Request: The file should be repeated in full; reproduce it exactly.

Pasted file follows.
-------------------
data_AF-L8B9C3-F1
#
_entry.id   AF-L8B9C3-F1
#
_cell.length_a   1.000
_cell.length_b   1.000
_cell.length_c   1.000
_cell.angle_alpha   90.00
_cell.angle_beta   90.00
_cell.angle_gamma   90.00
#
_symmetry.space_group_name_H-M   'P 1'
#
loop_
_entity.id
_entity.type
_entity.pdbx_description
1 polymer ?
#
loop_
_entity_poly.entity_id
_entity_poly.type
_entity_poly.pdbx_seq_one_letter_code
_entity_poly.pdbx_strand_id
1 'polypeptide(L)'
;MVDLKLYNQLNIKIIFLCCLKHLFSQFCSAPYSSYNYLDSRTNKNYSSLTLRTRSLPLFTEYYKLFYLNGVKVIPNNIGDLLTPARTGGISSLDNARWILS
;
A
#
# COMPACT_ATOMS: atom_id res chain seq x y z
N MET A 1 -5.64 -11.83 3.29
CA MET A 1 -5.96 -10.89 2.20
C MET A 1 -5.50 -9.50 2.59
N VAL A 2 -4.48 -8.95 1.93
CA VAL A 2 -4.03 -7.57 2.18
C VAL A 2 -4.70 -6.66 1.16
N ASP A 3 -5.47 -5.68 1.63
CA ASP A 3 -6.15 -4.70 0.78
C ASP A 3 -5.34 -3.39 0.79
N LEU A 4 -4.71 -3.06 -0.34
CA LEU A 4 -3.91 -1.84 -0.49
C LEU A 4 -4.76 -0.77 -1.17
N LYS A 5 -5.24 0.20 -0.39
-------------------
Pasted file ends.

data_AF-L8B9C3-F1
#
_entry.id   AF-L8B9C3-F1
#
_cell.length_a   1.000
_cell.length_b   1.000
_cell.length_c   1.000
_cell.angle_alpha   90.00
_cell.angle_beta   90.00
_cell.angle_gamma   90.00
#
_symmetry.space_group_name_H-M   'P 1'
#
loop_
_entity.id
_entity.type
_entity.pdbx_description
1 polymer ?
#
loop_
_entity_poly.entity_id
_entity_poly.type
_entity_poly.pdbx_seq_one_letter_code
_entity_poly.pdbx_strand_id
1 'polypeptide(L)'
;MVDLKLYNQLNIKIIFLCCLKHLFSQFCSAPYSSYNYLDSRTNKNYSSLTLRTRSLPLFTEYYKLFYLNGVKVIPNNIGDLLTPARTGGISSLDNARWILS
;
A
#
# COMPACT_ATOMS: atom_id res chain seq x y z
N MET A 1 -5.64 -11.83 3.29
CA MET A 1 -5.96 -10.89 2.20
C MET A 1 -5.50 -9.50 2.59
N VAL A 2 -4.48 -8.95 1.93
CA VAL A 2 -4.03 -7.57 2.18
C VAL A 2 -4.70 -6.66 1.16
N ASP A 3 -5.47 -5.68 1.63
CA ASP A 3 -6.15 -4.70 0.78
C ASP A 3 -5.34 -3.39 0.79
N LEU A 4 -4.71 -3.06 -0.34
CA LEU A 4 -3.91 -1.84 -0.49
C LEU A 4 -4.76 -0.77 -1.17
N LYS A 5 -5.24 0.20 -0.39